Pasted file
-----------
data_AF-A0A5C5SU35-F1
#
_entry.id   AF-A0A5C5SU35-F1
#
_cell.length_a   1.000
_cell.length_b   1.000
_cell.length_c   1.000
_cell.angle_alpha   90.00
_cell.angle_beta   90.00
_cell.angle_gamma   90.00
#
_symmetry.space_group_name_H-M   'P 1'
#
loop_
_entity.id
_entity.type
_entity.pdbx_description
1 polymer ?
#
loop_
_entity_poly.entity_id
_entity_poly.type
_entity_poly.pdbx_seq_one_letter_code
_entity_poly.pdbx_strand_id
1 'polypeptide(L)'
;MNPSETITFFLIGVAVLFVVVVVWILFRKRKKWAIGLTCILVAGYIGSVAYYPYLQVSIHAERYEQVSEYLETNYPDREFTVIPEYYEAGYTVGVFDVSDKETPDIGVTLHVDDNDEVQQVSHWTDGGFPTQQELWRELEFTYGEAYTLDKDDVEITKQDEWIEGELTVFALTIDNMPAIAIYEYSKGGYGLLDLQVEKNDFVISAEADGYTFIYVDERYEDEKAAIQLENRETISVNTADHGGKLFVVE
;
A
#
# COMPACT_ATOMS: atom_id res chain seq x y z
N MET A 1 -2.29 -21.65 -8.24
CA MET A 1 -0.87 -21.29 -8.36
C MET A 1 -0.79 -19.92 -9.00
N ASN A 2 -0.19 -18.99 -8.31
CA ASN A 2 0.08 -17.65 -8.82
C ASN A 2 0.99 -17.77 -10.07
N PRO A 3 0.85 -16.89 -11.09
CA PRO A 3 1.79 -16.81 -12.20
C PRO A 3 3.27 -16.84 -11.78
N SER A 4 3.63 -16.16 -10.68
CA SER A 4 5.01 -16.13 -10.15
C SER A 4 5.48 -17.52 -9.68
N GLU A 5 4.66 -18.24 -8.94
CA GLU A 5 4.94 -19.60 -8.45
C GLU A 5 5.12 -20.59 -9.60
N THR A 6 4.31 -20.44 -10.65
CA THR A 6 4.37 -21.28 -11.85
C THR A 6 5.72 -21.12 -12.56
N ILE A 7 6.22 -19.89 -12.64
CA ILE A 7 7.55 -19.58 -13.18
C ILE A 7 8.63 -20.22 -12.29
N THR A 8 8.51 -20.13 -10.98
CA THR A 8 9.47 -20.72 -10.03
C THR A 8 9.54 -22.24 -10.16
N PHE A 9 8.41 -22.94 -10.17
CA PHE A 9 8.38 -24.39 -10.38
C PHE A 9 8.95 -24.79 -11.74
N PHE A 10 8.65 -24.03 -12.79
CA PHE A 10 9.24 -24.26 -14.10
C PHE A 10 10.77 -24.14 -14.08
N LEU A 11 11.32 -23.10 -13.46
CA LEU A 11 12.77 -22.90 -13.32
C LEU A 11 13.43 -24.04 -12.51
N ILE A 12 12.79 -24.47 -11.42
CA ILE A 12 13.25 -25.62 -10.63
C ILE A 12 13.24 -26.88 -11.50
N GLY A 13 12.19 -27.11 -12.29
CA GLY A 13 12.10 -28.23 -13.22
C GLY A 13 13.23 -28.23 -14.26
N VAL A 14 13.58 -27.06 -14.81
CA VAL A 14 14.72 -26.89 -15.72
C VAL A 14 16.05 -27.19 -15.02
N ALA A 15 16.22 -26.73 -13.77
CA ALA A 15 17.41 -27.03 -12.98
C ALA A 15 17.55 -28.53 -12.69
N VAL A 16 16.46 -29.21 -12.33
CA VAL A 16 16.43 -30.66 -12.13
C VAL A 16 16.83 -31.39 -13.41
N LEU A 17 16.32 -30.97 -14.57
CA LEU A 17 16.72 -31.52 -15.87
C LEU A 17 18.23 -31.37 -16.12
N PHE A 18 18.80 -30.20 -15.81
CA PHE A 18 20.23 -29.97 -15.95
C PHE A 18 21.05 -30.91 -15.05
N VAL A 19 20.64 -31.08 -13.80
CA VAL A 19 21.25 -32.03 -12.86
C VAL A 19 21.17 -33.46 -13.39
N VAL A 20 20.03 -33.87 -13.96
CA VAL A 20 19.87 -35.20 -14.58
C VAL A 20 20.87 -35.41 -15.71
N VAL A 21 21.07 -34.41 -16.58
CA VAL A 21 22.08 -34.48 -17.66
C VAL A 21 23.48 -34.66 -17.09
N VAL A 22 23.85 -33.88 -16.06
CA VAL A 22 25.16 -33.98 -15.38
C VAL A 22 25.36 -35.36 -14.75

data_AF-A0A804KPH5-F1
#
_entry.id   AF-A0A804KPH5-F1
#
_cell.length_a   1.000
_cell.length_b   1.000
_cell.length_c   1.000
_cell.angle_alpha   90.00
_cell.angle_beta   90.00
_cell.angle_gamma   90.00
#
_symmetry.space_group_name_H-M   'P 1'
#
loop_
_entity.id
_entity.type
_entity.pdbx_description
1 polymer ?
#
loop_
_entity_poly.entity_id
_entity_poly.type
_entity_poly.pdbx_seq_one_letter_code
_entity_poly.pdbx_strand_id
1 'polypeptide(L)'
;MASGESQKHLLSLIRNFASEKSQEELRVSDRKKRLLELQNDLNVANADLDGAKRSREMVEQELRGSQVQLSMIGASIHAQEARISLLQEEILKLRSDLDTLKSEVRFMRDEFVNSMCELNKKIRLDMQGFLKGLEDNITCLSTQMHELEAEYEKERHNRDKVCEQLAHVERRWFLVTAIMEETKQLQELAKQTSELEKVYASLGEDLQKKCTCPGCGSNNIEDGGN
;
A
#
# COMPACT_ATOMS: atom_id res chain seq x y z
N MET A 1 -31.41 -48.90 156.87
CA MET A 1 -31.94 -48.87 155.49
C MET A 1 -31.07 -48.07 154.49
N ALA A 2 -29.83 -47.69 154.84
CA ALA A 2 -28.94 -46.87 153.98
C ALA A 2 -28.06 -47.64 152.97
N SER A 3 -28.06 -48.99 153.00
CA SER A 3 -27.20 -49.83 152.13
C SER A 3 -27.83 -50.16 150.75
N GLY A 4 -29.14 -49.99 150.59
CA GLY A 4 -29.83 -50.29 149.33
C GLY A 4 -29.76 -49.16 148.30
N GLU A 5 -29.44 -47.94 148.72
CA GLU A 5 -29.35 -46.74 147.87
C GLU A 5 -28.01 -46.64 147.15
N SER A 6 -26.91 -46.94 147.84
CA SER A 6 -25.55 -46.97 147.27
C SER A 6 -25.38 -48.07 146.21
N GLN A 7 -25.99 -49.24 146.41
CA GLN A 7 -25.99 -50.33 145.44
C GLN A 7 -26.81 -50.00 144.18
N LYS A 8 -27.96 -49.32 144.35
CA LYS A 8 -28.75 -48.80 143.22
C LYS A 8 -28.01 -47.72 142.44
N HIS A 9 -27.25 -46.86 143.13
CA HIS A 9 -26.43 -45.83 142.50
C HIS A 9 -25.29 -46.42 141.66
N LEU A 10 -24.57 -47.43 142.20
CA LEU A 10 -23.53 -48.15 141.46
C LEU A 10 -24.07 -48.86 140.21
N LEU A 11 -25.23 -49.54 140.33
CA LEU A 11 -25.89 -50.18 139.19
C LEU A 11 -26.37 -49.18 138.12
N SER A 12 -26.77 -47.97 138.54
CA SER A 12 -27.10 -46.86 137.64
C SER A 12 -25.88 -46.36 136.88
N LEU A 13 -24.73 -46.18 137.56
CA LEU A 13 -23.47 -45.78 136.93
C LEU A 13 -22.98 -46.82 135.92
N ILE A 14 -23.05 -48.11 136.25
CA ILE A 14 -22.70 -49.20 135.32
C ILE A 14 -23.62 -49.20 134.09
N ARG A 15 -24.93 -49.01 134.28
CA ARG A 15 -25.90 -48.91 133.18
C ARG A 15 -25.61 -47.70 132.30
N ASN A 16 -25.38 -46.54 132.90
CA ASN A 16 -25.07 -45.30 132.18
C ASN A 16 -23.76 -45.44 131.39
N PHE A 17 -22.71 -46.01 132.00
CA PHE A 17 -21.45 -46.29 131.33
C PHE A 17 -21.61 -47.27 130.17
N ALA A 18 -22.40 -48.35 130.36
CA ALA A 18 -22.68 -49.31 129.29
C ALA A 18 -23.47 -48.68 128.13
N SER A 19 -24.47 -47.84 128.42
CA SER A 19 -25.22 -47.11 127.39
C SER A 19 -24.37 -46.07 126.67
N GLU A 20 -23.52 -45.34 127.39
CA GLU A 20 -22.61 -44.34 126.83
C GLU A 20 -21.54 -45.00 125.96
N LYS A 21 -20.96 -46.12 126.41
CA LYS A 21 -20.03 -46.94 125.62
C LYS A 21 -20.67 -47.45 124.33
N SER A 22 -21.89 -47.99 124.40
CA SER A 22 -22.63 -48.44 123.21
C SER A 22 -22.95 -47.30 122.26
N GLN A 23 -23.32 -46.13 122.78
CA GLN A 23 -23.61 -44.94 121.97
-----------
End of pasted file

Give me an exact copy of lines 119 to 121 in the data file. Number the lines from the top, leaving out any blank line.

_entity_poly.pdbx_seq_one_letter_code
_entity_poly.pdbx_strand_id
1 'polypeptide(L)'